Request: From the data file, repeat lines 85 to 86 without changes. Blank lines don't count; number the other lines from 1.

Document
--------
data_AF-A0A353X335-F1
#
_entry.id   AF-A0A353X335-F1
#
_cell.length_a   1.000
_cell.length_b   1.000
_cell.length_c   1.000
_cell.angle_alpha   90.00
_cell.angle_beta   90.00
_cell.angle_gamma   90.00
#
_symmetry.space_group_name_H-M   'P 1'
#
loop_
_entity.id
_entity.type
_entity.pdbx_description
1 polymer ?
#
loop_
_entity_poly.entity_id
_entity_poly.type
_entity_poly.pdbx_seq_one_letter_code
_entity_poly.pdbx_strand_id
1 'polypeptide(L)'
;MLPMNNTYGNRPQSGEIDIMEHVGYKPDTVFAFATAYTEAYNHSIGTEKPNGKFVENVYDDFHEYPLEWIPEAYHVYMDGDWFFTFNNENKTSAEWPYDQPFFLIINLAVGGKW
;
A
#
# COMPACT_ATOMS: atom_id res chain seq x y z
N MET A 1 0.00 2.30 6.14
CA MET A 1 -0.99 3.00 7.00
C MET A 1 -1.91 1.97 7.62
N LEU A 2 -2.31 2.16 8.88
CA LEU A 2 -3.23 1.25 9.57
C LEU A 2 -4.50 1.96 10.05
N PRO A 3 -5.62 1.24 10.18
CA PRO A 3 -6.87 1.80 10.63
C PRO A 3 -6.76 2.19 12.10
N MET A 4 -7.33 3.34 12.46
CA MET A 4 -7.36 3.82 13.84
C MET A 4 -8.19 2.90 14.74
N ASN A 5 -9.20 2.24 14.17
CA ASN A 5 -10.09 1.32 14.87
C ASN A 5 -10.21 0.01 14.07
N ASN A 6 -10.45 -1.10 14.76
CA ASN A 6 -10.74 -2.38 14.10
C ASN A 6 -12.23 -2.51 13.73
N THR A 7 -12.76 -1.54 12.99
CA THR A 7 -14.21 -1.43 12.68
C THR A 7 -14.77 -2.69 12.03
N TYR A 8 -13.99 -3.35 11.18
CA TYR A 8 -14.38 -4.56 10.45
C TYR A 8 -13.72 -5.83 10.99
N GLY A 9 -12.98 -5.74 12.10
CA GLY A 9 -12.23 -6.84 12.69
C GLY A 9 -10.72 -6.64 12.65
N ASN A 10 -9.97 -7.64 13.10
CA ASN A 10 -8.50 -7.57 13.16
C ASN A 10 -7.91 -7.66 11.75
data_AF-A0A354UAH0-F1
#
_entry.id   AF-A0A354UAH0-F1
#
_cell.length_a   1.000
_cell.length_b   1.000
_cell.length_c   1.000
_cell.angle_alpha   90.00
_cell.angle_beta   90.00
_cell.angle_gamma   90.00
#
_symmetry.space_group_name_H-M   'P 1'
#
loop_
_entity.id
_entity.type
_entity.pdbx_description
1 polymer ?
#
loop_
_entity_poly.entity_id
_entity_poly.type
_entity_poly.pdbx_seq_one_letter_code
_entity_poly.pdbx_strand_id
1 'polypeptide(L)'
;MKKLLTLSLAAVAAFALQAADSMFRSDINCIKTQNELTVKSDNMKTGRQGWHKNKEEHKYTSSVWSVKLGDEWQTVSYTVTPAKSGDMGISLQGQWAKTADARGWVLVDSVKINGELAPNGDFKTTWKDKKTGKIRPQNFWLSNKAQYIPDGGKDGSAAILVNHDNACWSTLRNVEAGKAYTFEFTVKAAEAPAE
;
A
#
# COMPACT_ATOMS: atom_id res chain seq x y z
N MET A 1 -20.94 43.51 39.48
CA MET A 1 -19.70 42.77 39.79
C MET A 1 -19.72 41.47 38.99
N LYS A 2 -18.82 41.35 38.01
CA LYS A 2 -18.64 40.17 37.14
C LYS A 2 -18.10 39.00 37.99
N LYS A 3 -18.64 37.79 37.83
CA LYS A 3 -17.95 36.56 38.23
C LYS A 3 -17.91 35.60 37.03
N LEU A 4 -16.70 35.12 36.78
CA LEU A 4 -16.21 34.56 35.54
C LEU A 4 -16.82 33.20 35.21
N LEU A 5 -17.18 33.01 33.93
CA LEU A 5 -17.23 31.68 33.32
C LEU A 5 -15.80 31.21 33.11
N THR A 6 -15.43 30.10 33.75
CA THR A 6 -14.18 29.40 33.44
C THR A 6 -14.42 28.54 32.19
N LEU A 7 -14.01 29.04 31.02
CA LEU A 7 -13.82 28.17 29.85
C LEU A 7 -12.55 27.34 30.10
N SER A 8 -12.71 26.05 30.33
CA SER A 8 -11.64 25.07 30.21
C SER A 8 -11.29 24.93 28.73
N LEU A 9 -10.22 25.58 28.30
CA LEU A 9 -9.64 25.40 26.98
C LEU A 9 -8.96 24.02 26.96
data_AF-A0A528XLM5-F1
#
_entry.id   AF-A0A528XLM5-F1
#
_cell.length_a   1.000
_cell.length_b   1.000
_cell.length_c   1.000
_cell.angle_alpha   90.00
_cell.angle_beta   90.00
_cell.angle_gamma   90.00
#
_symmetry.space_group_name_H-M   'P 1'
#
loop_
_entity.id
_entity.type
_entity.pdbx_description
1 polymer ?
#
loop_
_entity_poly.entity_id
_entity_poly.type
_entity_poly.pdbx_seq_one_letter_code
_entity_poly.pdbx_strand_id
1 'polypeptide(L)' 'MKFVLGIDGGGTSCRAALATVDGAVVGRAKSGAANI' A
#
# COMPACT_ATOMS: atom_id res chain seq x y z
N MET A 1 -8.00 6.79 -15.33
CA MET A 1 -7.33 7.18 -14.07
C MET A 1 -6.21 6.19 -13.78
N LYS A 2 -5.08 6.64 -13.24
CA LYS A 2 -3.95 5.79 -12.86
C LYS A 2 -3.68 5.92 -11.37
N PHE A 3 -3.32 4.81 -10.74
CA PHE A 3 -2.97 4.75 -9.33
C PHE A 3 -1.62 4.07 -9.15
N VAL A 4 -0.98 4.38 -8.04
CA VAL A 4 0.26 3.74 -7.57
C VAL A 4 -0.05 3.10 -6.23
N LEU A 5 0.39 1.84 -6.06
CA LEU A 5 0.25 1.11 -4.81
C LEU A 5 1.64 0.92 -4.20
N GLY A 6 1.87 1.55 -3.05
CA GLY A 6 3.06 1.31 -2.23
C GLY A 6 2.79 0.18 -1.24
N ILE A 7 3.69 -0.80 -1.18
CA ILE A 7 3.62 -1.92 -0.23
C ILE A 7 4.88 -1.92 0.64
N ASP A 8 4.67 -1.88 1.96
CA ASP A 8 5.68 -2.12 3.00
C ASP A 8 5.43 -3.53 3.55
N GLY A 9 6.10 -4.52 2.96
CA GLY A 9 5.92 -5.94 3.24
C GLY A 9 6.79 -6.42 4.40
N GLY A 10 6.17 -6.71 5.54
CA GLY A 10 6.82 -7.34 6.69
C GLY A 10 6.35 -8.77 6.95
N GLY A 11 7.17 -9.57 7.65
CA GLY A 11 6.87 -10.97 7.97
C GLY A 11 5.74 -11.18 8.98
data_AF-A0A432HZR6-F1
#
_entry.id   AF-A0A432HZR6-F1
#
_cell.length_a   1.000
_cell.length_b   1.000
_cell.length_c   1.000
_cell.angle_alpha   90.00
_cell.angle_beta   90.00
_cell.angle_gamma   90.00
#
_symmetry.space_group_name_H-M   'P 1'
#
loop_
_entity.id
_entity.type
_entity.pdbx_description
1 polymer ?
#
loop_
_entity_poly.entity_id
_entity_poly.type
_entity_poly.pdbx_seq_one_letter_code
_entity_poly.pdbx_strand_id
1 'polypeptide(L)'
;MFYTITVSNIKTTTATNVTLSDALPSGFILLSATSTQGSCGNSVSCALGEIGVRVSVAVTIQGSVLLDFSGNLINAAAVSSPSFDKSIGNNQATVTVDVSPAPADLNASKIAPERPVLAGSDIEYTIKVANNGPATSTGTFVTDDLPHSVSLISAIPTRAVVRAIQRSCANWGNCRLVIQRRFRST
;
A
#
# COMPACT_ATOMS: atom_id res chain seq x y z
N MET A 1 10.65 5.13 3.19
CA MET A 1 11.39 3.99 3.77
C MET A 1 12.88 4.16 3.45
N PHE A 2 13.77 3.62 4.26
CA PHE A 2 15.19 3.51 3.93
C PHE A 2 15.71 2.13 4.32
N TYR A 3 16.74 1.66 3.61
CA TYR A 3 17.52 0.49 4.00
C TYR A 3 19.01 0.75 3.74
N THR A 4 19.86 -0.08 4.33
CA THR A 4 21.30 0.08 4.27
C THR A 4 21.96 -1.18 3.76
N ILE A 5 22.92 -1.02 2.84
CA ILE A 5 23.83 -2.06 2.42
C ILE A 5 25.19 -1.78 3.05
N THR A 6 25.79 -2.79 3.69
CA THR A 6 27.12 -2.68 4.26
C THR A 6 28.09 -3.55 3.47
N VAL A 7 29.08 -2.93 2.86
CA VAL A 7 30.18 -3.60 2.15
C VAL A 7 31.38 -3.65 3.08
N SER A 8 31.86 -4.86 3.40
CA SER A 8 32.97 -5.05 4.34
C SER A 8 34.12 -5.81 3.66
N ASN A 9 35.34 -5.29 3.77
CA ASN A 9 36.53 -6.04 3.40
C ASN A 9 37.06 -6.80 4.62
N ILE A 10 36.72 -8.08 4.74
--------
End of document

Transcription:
1 'polypeptide(L)'
;MKKLLTLSLAAVAAFALQAADSMFRSDINCIKTQNELTVKSDNMKTGRQGWHKNKEEHKYTSSVWSVKLGDEWQTVSYTVTPAKSGDMGISLQGQWAKTADARGWVLVDSVKINGELAPNGDFKTTWKDKKTGKIRPQNFWLSNKAQYIPDGGKDGSAAILVNHDNACWSTLRNVEAGKAYTFEFTVKAAEAPAE